Also Credited As:James Hugh Calum Laurie
|James Hugh Calum Laurie on June 11, 1959 in Oxford, England, GB|
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Laurie was born on June 11, 1959, and raised in Oxford, England. He was the youngest of four children to father, William ("Ran"), who was a doctor and had been an Olympic gold medalist in rowing, and mother Patricia, who died when her son was 29. Television and movies were a rare treat in the staid household, but even without their influence, young Laurie had an outgoing instinct to be an entertainer. At the age of nine, he won a drama award in middle school, but it was still rather expected that he would someday follow in the footsteps of his father. Indeed, Laurie did go on to first attend the elite Eton School, before attending Selwyn College at his father's alma mater of Cambridge University. At Selwyn, he, too, was competitive in rowing, until a bout with mononucleosis prevented him from pursuing the sport any further. He was not doing too well in his academic studies of archeology and anthropology, so without sports to get by on, he turned to theater, auditioning for Footlights - one of the most renowned student theater groups in the world.
While performing with Footlights, Laurie's fellow cast mates included future TV collaborator Stephen Fry, as well as then-girlfriend and future award-winning actress, Emma Thompson. Before graduating in 1981, the group brought its final revue, "The Cellar Tapes," to the Edinburgh Fringe Festival, where they won the Perrier Comedy Award. Following the win, they were invited to stage the show at the West End and then adapt it for television, where it aired in 1982. Cast members Laurie, Thompson, and Fry were then recruited alongside other up-and-comers Ben Elton, Robbie Coltrane, and Siobhan Redmond to write and perform in a weekly sketch show. "Alfresco" ran from 1982-84 on Granada television. In 1984, Laurie, Fry, and Thompson poked fun at their Cambridge past by guest starring as a group of posh college kids on the BBC2 alternative sitcom, "The Young Ones" (1982-84).
Laurie made his first appearance on American movie screens with a small supporting role in the 1985 drama, "Plenty." He appeared in "The Secret Policeman's Third Ball" in 1987, the same year he landed a recurring role as "thickie" Prince Regent (later King George IV) in Rowan Atkinson's "Blackadder III" (1987-88). He forayed into film again with a larger part in the romantic drama "Strapless" (1989), before returning to Adder fold as the dim Lt. George in "Blackadder Goes Forth" (1989-1990). In 1995, Laurie and Stephen Fry launched their own sketch comedy show, "A Bit of Fry and Laurie" (BBC, 1989-1995), which frequently included Laurie performing self-penned parody songs on guitar and piano. From 1990-93, the pair also co-starred in "Jeeves and Wooster" (ITV), a uniquely British Edwardian comedy based on the stories of P.G. Wodehouse.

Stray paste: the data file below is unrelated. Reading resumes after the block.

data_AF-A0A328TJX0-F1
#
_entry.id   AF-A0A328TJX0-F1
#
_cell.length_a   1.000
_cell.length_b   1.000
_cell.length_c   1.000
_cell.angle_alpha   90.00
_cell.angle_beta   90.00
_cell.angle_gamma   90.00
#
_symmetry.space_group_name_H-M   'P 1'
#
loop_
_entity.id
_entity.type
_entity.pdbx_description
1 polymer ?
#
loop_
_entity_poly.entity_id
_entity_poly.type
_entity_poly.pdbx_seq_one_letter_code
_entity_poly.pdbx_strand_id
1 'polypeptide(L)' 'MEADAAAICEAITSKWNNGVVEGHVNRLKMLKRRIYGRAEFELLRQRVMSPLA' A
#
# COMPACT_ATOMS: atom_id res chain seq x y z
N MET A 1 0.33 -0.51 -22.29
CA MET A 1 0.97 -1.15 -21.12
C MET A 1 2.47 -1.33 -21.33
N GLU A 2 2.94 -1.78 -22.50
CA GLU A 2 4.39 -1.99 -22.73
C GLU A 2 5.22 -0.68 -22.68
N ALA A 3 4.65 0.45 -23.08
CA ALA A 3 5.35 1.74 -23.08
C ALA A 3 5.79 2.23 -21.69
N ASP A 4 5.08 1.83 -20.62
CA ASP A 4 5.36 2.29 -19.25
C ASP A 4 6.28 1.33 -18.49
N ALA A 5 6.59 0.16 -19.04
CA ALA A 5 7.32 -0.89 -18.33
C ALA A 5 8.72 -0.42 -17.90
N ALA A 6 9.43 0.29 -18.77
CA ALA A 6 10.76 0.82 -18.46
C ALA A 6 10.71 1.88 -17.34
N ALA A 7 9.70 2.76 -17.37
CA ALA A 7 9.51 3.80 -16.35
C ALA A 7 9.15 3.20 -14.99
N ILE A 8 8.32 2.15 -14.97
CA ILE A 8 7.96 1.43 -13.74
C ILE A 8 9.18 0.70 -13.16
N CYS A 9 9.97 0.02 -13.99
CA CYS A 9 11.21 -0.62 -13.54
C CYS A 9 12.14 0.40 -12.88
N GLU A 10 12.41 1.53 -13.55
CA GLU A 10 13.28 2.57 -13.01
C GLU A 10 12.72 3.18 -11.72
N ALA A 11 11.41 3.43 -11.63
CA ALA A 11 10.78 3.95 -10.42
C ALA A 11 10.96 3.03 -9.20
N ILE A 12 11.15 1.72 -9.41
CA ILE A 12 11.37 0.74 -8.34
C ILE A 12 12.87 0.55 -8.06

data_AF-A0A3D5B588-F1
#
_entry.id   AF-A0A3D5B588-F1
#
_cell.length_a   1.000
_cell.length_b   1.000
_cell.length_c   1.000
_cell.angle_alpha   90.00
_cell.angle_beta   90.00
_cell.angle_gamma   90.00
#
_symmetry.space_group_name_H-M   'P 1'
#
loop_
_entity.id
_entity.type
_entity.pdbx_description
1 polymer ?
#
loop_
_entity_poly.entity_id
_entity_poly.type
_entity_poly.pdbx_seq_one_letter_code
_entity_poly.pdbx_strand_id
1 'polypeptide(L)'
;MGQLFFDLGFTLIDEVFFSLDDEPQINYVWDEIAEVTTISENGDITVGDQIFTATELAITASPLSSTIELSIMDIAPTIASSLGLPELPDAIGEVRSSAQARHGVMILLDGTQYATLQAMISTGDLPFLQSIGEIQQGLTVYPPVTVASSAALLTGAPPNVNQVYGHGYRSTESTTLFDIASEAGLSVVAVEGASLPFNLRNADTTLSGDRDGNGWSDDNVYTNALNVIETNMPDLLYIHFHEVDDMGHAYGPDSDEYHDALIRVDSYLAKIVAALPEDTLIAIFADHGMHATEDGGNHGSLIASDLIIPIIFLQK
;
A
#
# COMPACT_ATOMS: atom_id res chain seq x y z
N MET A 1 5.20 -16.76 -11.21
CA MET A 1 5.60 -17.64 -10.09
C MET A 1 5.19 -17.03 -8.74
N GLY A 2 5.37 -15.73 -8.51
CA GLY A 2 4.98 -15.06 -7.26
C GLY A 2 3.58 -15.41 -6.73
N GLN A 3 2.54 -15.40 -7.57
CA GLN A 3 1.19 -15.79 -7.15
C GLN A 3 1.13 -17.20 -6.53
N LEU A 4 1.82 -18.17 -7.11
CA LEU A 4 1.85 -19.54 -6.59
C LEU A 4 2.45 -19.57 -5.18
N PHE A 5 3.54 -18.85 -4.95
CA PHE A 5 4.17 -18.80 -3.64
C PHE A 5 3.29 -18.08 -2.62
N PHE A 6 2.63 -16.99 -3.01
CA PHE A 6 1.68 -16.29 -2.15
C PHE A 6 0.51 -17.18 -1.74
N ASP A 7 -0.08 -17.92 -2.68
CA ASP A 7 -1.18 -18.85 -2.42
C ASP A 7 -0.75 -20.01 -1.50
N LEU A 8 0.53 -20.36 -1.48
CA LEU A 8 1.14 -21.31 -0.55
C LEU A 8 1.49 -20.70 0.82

Laurie began a steady run of feature film appearances, beginning in 1992 with "Peter's Friends," a Kenneth Branagh film about a group of old college chums reuniting during the Christmas holidays. Next, real life chum Emma Thompson tapped him to play Mr. Palmer when she adapted "Sense and Sensibility" (1995) for director Ang Lee. Following that, Laurie was cast over the pond as one of Cruella De Vil's henchmen in "101 Dalmatians" (1996). Laurie was also frequently seen during the 1996 first season of Tracey Ullman's acclaimed HBO sketch comedy series "Tracey Takes On...," while his big screen career as a top-rated supporting player took flight with such films as "The Borrowers" (1997) and "The Man in the Iron Mask" (1998). He also essayed the Little family patriarch in the charming children's film "Stuart Little" (1999) and its two sequels and subsequent television series. More animated voiceover roles followed "Little," including the British TV series "Little Grey Rabbit" and "Preston Pig" (both 2000).
On American television, the distinguished actor garnered favorable reviews for playing film director Vincente Minnelli in the award-winning made-for-television biopic, "Life with Judy Garland: Me and My Shadows" (ABC, 2001). He reunited with writer Ben Elton, now a director, to star in the 2002 comedy "Maybe Baby," before a short run directing the British TV dramedy, "Fortysomething" (2003), in which he also starred. Laurie enjoyed a dramatic role in the remake of the military feature "Flight of the Phoenix" in 2004, and while he was there, submitted a casting tape for a role that would change his career forever.
Later that year, the man who had built a reputation as a top British comic actor, broke through to international audiences when was cast as antisocial American physician Dr. Gregory House in the critically praised medical series, "House, M.D." (Fox, 2004-2012). Executive produced by film director Bryan Singer, "House" put a different, slightly demented twist on the medical drama, drawing in a loyal fanbase tired of typical "ER" (NBC, 1994-2009) fare. Laurie won back-to-back Golden Globes for Best Actor in a Drama Series in 2006 and 2007, and was Emmy-nominated for Outstanding Lead Actor in a Drama Series in 2005 and 2007 through 2011. Meanwhile, Laurie ventured into feature animation, voicing mad scientist Dr. Cockroach, Ph.D. in the blockbuster "Monsters vs. Aliens" (2009), E.B's dad in "Hop" (2011) and Steve in "Arthur Christmas" (2011). In fact, his feature career began to pick up due in large part to "House" finally drawing to a close after eight seasons on the air. Though in its last few years the show slipped considerably in the ratings and became far more sentimental - some critics bemoaned the show for losing its sense of humor - Laurie still managed to please fans with his ever-unpredictable portray of the irascible Dr. House.